Teamwork: the essential ingredient

I met John Robideaux of Robideaux Strategic Marketing this morning. Nick Murto and Tyler Lafferty of interactive shop Seven2 said “you have to meet John” and “he knows everybody worth knowing around here — he knows where the bodies are buried.” He didn’t show me any bodies. But what a pleasure to meet him. 

John was totally generous in telling me about his business. Which leads to the point of this post: unselfishness and teamwork are damned good values for building a business, especially in the advertising/marketing world.

You undoubtedly have your own examples. Here are a few from my past.

Wieden & Kennedy. An extreme example. Partners who would bleed for their staff. Staff who give up sleep and credit for the sake of the work, the client and and the agency. Staff that supports each other regardless of who gets the credit. To know the people who lead WK is to know why they’ve met every challenge, keep up the incredible level of their work, and enjoy more success than ever. (By the way, they’re the 2007 Adweek Global Agency of the Year.)

The Martin Agency. Another extreme example. Best known for UPS “What Can Brown Do For You?” and Geico’s gecko. But now they’re helping WalMart lift its reputation as well as its sales. This may be the greatest achievement in a long history of excellence. (Check this out.)

(UPDATE, JULY 10, 2008: Check THIS out!) 

Again, if you know the people, you know why they succeed. Sure, there’s talent. But even more, there’s generosity of spirit and effort. Some of the Martin gang have worked there for more than 30 years. They share a vision for the agency and a childlike enthusiasm for the clients and the work. Martin has created an environment of selflessness and dedication that brings its own rewards. 

Hal Riney & Partners. This agency had an incredible roster of talent. But it never had the teamwork of Wieden or Martin. Mr. Riney was a transcendent talent — perhaps the greatest of his generation. But the agency (now “Publicis & Hal Riney”) will likely never again rise to its former heights. Their original success simply was built on the monumental talent of the man and his staff. That’s not enough to sustain an organization or keep loyal clients. 

Foote, Cone & Belding/SF. Another agency that rode the greatness of a few individual talents. When I was there, the late, great Mike Koelker lifted the agency’s reputation almost single-handedly. When Mike passed away, a slew of high-priced creative directors came and left, but couldn’t replicate his success. There were a lot of great people at FCB, but many fought over credit and famously failed to work together. A slew of competing personal and departmental agendas does not an agency make.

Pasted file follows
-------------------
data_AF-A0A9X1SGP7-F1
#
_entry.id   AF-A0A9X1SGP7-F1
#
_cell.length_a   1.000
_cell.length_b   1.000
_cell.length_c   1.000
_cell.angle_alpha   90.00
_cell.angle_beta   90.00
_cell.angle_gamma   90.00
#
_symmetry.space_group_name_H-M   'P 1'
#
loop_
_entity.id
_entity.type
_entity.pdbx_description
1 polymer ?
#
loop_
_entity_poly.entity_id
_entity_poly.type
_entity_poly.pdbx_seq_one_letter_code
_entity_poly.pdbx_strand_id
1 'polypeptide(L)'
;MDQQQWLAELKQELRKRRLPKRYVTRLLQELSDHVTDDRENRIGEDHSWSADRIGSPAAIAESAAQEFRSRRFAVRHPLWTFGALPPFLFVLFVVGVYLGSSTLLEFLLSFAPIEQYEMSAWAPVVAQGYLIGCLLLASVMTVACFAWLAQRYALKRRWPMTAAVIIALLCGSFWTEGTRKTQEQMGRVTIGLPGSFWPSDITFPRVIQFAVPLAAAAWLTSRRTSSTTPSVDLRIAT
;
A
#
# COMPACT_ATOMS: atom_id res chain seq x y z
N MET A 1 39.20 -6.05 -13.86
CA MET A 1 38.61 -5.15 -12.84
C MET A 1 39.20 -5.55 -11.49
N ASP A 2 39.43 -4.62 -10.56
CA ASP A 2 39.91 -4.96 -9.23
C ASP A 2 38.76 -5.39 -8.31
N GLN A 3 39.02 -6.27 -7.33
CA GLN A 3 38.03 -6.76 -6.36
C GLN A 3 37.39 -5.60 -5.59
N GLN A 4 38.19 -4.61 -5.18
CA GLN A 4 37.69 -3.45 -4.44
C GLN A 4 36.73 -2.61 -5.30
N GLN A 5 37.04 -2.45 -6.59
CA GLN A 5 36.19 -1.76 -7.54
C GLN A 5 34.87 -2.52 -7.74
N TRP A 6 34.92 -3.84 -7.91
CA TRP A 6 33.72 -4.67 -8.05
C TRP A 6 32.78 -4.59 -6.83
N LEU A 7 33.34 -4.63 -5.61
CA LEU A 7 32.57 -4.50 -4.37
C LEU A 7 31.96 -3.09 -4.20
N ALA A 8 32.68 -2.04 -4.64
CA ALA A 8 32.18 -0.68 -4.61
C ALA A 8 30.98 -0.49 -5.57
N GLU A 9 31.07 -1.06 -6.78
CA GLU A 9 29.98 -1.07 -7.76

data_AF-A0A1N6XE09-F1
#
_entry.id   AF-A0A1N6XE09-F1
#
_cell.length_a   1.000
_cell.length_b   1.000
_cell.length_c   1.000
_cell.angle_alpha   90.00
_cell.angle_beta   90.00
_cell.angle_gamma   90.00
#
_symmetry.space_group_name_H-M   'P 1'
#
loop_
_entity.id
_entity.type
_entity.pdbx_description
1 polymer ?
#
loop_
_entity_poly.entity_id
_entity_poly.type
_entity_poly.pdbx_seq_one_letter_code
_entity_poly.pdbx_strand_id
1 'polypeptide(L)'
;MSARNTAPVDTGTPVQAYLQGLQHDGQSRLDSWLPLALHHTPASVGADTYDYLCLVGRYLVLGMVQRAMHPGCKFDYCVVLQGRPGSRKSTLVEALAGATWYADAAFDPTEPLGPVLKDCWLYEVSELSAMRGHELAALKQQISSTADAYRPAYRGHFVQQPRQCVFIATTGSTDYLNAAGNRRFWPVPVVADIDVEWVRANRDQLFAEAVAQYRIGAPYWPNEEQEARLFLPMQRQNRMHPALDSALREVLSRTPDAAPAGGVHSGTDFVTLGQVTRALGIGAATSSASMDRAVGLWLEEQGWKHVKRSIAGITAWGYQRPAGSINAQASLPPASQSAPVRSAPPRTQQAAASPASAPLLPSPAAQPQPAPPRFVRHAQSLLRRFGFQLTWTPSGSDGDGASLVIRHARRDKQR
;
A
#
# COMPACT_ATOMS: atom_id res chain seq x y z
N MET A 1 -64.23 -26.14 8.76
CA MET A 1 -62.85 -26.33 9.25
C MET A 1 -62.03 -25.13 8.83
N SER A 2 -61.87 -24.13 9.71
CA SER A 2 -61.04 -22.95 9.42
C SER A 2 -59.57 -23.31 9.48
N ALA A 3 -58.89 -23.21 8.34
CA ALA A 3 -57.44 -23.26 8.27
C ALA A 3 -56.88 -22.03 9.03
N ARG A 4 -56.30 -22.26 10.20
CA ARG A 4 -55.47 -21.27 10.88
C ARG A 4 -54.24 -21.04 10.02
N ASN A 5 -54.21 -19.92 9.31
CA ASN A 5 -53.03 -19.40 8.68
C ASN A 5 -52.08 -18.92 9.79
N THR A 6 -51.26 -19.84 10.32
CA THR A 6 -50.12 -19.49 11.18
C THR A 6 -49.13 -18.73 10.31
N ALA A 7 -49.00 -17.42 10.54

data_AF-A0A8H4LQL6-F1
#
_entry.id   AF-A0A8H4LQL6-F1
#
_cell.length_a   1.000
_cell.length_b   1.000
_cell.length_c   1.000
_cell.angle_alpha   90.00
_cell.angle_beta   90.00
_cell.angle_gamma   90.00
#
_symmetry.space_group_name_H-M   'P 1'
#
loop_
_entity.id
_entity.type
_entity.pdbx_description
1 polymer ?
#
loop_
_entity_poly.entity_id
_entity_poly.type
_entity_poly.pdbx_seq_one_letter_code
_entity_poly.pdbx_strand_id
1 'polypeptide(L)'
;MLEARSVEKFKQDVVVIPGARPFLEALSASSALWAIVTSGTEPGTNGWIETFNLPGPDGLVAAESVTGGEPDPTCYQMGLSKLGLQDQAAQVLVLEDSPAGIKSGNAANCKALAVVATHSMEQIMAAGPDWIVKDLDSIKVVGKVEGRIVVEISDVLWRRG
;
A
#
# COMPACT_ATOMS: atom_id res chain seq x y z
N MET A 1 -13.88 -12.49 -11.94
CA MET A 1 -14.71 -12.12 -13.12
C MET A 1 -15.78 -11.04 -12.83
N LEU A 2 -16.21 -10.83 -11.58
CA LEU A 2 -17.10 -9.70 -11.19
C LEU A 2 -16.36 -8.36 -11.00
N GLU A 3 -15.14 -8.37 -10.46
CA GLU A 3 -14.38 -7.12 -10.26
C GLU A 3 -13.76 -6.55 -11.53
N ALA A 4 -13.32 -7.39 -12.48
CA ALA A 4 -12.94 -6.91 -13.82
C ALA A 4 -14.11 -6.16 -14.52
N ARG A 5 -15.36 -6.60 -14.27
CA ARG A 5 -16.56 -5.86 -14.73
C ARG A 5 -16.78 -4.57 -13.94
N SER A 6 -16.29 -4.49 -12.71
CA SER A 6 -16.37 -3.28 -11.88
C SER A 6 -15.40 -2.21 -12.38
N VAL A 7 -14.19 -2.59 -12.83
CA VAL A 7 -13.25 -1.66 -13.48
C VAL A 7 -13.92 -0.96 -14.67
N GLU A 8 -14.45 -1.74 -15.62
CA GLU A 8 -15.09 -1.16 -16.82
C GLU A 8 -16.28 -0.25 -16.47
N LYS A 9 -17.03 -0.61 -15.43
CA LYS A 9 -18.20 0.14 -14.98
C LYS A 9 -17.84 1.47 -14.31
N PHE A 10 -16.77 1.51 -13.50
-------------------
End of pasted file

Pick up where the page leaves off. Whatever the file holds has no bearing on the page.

Magner Sanborn, Quisenberry and Seven2. Let me be the first to say I don’t know all that much about the agencies here in my new hometown, Spokane. I do know great esprit de corps when I see it. These shops have talent, which is a prerequisite. More important, the people work hard for each other. In each case, the staff gives you the feeling that anything is possible. And who can doubt it? If you’re looking for an agency, try to learn how hard the staff is willing to work to do a great job. The staff at these Spokane shops will all bleed for their clients. They deserve whatever success they’re enjoying. 

* * * 

In spite of the political leanings of most people in this industry, Ronald Reagan has the best advice: “There is no limit to what you can accomplish if you don’t care who gets the credit.” A Hollywood guy, but he would have made a great adman.

9 thoughts on “Teamwork: the essential ingredient

  1. Pingback: Teamwork: the essential ingredient — Auction Gadgets and electronics on Ebay

  2. Thanks Mike.

    I in no way want to disparage the people of FCB and Riney. So many of them were great folks, and extremely talented. They were leaders in all areas of creative including pioneering talent in the digital realm. And some great account planning and research, too.

    But management did not create a supportive environment. There were way too many layers of management. And little relationship between the creative teams and the clients. So it was a failure of management, not individuals, to create an environment of teamwork.

  3. Interesting posts –

    What’s your story and how did you make the decision to come to Spokane after so many years in San Franciso?


  4. Now that’s kind of personal, isn’t it? 😀

    San Francisco is a very expensive city, with a lot of big city problems. A wonderful place, but there are some tradeoffs.

    I’m a big believer in small- and medium-sized cities. They’re a lot more sophisticated than they were, say, 30 years ago. Life here is very sweet.

  5. Pervasion, thanks for visiting. This blog is about the advertising/marketing communications business. What is your primary language?

  6. Hello, Barrett. Interesting to discover your blog; I’ve been enjoying it a great deal. I share your trade; I’ve been a copywriter for many years, a few of them at WhiteRunkle in Spokane where I met much of the staff of Magner Sanborn and Seven2. I moved to Boise a few years ago; I’m the ACD/Sr CW at Publicis in the West here.

    Spokane’s a great little town, isn’t it? I miss it a great deal; I grew up there, and it’ll always be my home town. I may even try and return someday. You’re right about the talent, too. It’s often overlooked. It’s probably a good thing that it’s overlooked by the holding companies, though.

    Anyway, keep up the good work. Take care.

  7. Thanks Chris. WhiteRunkle produced quite a few talented folks, didn’t it? They still have a good crew but there seems to be a lot of uncertainty. To be fair, there’s uncertainty just about everywhere… It’ll be interesting to see what happens now that they’ve merged into Ascentium.

    Best wishes!

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